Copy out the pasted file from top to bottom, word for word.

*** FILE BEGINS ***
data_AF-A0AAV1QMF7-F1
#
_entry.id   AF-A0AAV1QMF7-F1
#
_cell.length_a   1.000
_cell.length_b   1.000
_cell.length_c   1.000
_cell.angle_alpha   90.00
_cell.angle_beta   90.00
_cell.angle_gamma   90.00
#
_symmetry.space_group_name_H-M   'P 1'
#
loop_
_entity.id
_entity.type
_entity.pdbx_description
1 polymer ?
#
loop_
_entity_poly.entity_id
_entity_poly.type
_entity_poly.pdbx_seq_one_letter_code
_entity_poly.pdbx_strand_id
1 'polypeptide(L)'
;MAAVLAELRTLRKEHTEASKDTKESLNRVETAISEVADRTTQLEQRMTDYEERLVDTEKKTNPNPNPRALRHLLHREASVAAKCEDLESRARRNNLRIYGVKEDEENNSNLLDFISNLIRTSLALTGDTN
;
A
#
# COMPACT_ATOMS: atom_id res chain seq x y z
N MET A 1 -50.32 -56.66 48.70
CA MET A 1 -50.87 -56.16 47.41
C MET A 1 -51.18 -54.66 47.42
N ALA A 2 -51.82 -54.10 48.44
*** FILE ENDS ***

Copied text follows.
data_AF-A0AAV1QMF7-F1
#
_entry.id   AF-A0AAV1QMF7-F1
#
_cell.length_a   1.000
_cell.length_b   1.000
_cell.length_c   1.000
_cell.angle_alpha   90.00
_cell.angle_beta   90.00
_cell.angle_gamma   90.00
#
_symmetry.space_group_name_H-M   'P 1'
#
loop_
_entity.id
_entity.type
_entity.pdbx_description
1 polymer ?
#
loop_
_entity_poly.entity_id
_entity_poly.type
_entity_poly.pdbx_seq_one_letter_code
_entity_poly.pdbx_strand_id
1 'polypeptide(L)'
;MAAVLAELRTLRKEHTEASKDTKESLNRVETAISEVADRTTQLEQRMTDYEERLVDTEKKTNPNPNPRALRHLLHREASVAAKCEDLESRARRNNLRIYGVKEDEENNSNLLDFISNLIRTSLALTGDTN
;
A
#
# COMPACT_ATOMS: atom_id res chain seq x y z
N MET A 1 -50.32 -56.66 48.70
CA MET A 1 -50.87 -56.16 47.41
C MET A 1 -51.18 -54.66 47.42
N ALA A 2 -51.82 -54.10 48.44